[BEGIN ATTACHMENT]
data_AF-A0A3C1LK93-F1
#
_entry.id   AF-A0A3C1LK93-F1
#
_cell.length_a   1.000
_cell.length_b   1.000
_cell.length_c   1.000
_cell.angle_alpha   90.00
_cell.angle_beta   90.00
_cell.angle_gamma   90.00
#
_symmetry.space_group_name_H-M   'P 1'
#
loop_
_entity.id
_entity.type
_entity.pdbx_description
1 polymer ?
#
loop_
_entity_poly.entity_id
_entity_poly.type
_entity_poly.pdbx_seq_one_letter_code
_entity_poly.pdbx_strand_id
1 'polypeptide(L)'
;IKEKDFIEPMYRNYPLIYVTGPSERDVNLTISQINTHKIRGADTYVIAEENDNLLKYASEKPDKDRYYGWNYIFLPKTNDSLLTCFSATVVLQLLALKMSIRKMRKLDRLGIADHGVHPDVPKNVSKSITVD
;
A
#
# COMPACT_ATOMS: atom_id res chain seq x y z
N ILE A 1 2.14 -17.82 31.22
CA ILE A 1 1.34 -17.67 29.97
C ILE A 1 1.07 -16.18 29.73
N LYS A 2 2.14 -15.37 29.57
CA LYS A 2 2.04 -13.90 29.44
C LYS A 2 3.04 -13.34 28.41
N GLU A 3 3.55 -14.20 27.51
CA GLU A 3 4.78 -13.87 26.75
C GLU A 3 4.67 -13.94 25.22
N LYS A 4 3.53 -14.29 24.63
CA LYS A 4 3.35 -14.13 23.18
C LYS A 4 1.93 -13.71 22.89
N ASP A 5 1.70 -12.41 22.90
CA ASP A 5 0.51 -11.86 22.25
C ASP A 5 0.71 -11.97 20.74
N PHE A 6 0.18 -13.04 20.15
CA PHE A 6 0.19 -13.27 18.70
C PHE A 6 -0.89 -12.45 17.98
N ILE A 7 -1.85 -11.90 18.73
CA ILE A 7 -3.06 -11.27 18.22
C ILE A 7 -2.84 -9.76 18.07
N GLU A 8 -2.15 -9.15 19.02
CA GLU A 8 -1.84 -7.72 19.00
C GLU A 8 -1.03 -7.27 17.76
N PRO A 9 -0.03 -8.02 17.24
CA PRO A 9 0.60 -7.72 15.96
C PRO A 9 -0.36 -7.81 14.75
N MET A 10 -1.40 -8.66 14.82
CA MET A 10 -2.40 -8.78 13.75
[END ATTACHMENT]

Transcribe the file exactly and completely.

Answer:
data_AF-A0A3C1LK93-F1
#
_entry.id   AF-A0A3C1LK93-F1
#
_cell.length_a   1.000
_cell.length_b   1.000
_cell.length_c   1.000
_cell.angle_alpha   90.00
_cell.angle_beta   90.00
_cell.angle_gamma   90.00
#
_symmetry.space_group_name_H-M   'P 1'
#
loop_
_entity.id
_entity.type
_entity.pdbx_description
1 polymer ?
#
loop_
_entity_poly.entity_id
_entity_poly.type
_entity_poly.pdbx_seq_one_letter_code
_entity_poly.pdbx_strand_id
1 'polypeptide(L)'
;IKEKDFIEPMYRNYPLIYVTGPSERDVNLTISQINTHKIRGADTYVIAEENDNLLKYASEKPDKDRYYGWNYIFLPKTNDSLLTCFSATVVLQLLALKMSIRKMRKLDRLGIADHGVHPDVPKNVSKSITVD
;
A
#
# COMPACT_ATOMS: atom_id res chain seq x y z
N ILE A 1 2.14 -17.82 31.22
CA ILE A 1 1.34 -17.67 29.97
C ILE A 1 1.07 -16.18 29.73
N LYS A 2 2.14 -15.37 29.57
CA LYS A 2 2.04 -13.90 29.44
C LYS A 2 3.04 -13.34 28.41
N GLU A 3 3.55 -14.20 27.51
CA GLU A 3 4.78 -13.87 26.75
C GLU A 3 4.67 -13.94 25.22
N LYS A 4 3.53 -14.29 24.63
CA LYS A 4 3.35 -14.13 23.18
C LYS A 4 1.93 -13.71 22.89
N ASP A 5 1.70 -12.41 22.90
CA ASP A 5 0.51 -11.86 22.25
C ASP A 5 0.71 -11.97 20.74
N PHE A 6 0.18 -13.04 20.15
CA PHE A 6 0.19 -13.27 18.70
C PHE A 6 -0.89 -12.45 17.98
N ILE A 7 -1.85 -11.90 18.73
CA ILE A 7 -3.06 -11.27 18.22
C ILE A 7 -2.84 -9.76 18.07
N GLU A 8 -2.15 -9.15 19.02
CA GLU A 8 -1.84 -7.72 19.00
C GLU A 8 -1.03 -7.27 17.76
N PRO A 9 -0.03 -8.02 17.24
CA PRO A 9 0.60 -7.72 15.96
C PRO A 9 -0.36 -7.81 14.75
N MET A 10 -1.40 -8.66 14.82
CA MET A 10 -2.40 -8.78 13.75